Public Comment

In accordance with 19 CFR 351.310, we will hold a public hearing, if requested, to afford interested parties an opportunity to comment on this preliminary determination. Any requested hearing will be tentatively scheduled to be held 57 days from the date of publication of the preliminary determination at the U.S. Department of Commerce, 14th Street and Constitution Avenue, NW., Washington, DC 20230. Individuals who wish to request a hearing must submit a written request within 30 days of the publication of this notice in the Federal Register to the Assistant Secretary for Import Administration, U.S. Department of Commerce, Room 1870, 14th Street and Constitution Avenue, NW., Washington, DC 20230. Parties should confirm by telephone the time, date, and place of the hearing 48 hours before the scheduled time.

Requests for a public hearing should contain: (1) The party's name, address, and telephone number; (2) the number of participants; and, (3) to the extent practicable, an identification of the arguments to be raised at the hearing. In addition, six copies of the business proprietary version and six copies of the non-proprietary version of the case briefs must be submitted to the Assistant Secretary no later than 50 days from the date of publication of the preliminary determination. As part of the case brief, parties are encouraged to provide a summary of the arguments not to exceed five pages and a table of statutes, regulations, and cases cited. Six copies of the business proprietary version and six copies of the non-proprietary version of the rebuttal briefs must be submitted to the Assistant Secretary no later than 5 days from the date of filing of the case briefs. An interested party may make an affirmative presentation only on arguments included in that party's case or rebuttal briefs. Written arguments should be submitted in accordance with 19 CFR 351.309 and will be considered if received within the time limits specified above.

This determination is published pursuant to sections 703(f) and 777(i) of the Act. Effective January 20, 2001, Bernard T. Carreau is fulfilling the Start Printed Page 24339duties of the Assistant Secretary for Import Administration.

Start Signature

Dated: May 7, 2001.

Bernard T. Carreau,

Deputy Assistant Secretary for Import Administration.

End Signature End Supplemental Information

Footnotes

1.  Upon the issuance of the questionnaire, we informed the GOG, GON, and the UKG that it was their governments' responsibility to forward the questionnaires to all producers/exporters that shipped subject merchandise to the United States during the period of investigation.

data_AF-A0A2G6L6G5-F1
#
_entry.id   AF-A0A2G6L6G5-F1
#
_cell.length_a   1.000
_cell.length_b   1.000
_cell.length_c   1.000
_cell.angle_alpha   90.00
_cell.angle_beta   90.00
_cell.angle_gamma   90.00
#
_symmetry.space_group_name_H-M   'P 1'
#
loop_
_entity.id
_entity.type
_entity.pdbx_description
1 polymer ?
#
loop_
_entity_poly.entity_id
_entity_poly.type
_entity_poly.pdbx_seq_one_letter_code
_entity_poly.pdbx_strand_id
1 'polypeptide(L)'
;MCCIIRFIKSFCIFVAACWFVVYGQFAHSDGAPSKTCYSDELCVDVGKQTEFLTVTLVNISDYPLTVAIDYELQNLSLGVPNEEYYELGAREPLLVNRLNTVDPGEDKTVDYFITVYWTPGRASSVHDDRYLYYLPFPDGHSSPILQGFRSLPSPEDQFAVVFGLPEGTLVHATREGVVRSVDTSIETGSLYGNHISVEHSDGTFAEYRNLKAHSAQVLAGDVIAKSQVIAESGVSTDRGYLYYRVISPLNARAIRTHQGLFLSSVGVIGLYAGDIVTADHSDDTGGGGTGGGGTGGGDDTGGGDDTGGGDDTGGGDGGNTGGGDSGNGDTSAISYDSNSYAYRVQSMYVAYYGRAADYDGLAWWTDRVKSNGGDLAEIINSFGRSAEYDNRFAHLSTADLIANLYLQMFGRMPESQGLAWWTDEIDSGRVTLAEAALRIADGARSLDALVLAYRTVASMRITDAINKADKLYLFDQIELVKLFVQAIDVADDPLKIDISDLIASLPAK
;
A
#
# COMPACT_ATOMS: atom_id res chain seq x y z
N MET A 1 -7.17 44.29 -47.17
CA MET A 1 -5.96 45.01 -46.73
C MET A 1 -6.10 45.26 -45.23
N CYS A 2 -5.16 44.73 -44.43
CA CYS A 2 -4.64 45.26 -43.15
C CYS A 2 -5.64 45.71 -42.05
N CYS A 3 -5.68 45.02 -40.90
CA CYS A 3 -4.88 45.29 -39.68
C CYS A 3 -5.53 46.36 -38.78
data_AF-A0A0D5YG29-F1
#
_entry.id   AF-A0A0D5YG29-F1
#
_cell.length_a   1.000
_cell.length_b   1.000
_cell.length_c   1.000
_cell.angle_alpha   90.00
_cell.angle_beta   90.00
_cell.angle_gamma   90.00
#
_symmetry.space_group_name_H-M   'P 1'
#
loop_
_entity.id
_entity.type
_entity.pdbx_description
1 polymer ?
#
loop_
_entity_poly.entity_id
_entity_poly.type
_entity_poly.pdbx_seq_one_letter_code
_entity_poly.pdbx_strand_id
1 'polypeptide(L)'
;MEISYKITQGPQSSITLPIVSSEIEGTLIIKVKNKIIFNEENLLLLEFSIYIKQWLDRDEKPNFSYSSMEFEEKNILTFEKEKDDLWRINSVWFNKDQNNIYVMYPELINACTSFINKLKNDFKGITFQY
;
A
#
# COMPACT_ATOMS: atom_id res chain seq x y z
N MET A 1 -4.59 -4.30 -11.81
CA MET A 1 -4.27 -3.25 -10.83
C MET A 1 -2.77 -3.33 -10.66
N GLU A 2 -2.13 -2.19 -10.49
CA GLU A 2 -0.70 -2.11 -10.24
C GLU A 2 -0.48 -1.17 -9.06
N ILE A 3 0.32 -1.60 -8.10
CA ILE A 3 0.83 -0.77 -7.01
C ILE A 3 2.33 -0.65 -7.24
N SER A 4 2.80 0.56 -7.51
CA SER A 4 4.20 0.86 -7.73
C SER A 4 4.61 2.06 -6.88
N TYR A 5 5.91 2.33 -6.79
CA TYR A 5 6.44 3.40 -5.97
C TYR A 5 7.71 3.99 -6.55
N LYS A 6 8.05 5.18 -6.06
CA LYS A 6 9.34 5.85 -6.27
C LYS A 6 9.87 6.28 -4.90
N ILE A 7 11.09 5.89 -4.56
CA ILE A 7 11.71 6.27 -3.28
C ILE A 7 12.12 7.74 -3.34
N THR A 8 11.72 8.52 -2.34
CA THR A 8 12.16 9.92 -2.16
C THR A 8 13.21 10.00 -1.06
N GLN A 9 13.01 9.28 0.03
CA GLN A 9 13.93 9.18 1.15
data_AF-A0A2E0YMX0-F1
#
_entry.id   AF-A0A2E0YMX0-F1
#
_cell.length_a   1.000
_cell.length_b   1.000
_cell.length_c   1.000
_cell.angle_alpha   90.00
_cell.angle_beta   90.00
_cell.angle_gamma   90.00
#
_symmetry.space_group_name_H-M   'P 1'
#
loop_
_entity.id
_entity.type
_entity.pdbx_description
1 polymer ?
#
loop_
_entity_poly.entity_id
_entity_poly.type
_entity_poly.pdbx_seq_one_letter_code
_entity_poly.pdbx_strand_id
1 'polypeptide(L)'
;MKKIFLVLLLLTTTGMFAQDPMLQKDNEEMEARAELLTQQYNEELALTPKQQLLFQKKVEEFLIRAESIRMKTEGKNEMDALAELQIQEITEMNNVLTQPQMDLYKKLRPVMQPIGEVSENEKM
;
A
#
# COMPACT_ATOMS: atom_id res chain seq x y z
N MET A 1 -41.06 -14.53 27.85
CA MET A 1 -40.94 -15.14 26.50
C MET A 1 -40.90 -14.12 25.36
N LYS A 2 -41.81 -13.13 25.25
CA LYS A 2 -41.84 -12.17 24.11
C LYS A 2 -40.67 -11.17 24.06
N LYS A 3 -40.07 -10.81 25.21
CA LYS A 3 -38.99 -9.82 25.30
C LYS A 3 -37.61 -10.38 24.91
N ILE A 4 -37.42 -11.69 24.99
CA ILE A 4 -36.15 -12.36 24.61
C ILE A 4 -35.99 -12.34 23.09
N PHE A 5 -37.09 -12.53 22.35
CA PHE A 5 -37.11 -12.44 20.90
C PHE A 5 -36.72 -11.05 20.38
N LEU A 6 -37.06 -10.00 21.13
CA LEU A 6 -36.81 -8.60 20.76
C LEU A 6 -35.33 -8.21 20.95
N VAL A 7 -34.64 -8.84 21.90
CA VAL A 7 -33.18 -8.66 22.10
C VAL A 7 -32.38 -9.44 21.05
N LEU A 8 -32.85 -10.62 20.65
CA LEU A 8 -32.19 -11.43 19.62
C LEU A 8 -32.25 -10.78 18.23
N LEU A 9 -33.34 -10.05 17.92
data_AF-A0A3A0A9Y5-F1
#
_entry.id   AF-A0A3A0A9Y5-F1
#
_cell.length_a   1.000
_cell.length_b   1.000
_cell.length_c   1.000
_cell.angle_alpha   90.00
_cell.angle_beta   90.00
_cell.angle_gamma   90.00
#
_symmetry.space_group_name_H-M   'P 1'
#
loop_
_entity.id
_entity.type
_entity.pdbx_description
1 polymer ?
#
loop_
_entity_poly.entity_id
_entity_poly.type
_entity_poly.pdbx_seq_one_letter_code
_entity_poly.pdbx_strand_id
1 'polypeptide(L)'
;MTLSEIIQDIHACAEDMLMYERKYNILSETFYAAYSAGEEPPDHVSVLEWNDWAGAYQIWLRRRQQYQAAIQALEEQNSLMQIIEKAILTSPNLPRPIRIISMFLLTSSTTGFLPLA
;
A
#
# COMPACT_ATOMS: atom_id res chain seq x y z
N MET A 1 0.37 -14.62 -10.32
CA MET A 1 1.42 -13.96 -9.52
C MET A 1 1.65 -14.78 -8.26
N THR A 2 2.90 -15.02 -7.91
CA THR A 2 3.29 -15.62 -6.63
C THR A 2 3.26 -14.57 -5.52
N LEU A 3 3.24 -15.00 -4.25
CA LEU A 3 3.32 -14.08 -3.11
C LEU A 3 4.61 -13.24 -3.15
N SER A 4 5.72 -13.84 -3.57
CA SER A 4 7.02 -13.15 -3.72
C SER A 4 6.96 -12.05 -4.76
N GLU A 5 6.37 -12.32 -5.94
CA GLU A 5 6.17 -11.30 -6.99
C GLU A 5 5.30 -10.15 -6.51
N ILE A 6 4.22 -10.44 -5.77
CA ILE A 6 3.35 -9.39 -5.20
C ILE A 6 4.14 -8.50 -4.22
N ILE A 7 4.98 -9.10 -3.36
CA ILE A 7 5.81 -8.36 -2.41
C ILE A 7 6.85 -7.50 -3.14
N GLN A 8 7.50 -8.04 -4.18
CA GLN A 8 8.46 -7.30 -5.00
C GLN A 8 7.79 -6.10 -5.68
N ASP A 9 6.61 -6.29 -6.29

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2.  Respondents have argued that this merger constituted a “change in ownership” under section 771(5)(F) of the Act. However, in both the Netherlands and the UK, the assets at the enrichment operations were directly owned by their respective governments before the merger and indirectly after the merger. We preliminarily determine that there was no change in ownership in 1993 but merely a merging and restructuring of assets by the three Urenco Group partners, i.e., the Government of the Netherlands, the Government of the United Kingdom, and the private German shareholders of the Group, each of whom remained as owners in Urenco Ltd.

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3.  H.R. No. 100-576, 100th Cong., 2d Sess. 589 (1988) (“Omnibus Trade and Competitiveness Act of 1988,” Conference Report) (Conference Report).

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4.  Because we have determined that the Urenco Group constitutes an international consortium as defined by section 701(d) of the Act, we have calculated the ad valorem rates by dividing the benefits received by the companies of the Urenco Group by the applicable sales denominator of the Urenco Group.

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5.  The Regional Government Provision of Industrial Site program is specific under section 771(5A)(D)(i) of the Act because the program was limited to one company. A financial contribution was also provided under section 771(5)(D)(iii) of the Act. The Regional Development Grant program is specific under section 771(5A)(D)(iv) of the Act because grants under this program are issued to companies located in designated regions. A financial contribution is also provided under section 771(5)(D)(i) of the Act.

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6.  The Centrifuge Enrichment Technology Research and Development Programs (R&D Program), funding given from 1969 through 1981, and the 1981 Equity Conversion are specific under section 771 (5A)(D)(i) of the Act because these programs are limited to one company. The R&D program provided a financial contribution under section 771(5)(D)(i) and the 1981 Equity Conversion Program provided a financial contribution under section 771(5)(D)(i) of the Act because we determine that no objective studies of the company had been prepared prior to the GON's 1981 equity infusion as reuqired under section 351.5079(a)(4)(ii) of the CVD Regulations.

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7.  The Department found this program countervailable in Certain Hot-Rolled Lead and Bismuth Carbon Steel Products from the United Kingdom: Preliminary Results of Countervailing Duty Administrative Review, 64 FR 16920, 16923 (April 7, 1999). Affirmed in Certain Hot-Rolled Lead and Bismuth Carbon Steel Products From the United Kingdom: Final Results of Countervailing Duty Administrative Review, 64 FR 43673, 43675 (August 11, 1999).

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8.  INFL is a wholly-owned subsidiary of the UKG-owned BNFL.

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9.  In the Initiation Notice, we also initiated an investigation of the 1993 Debt Forgiveness of £16.2 million as a separate program. See 66 FR at 1087. According to information in UCL's questionnaire response, this loan is the same loan that was involved in the Loan Stock Debt Forgiveness program.

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[FR Doc. 01-12064 Filed 5-11-01; 8:45 am]

BILLING CODE 3510-DS-P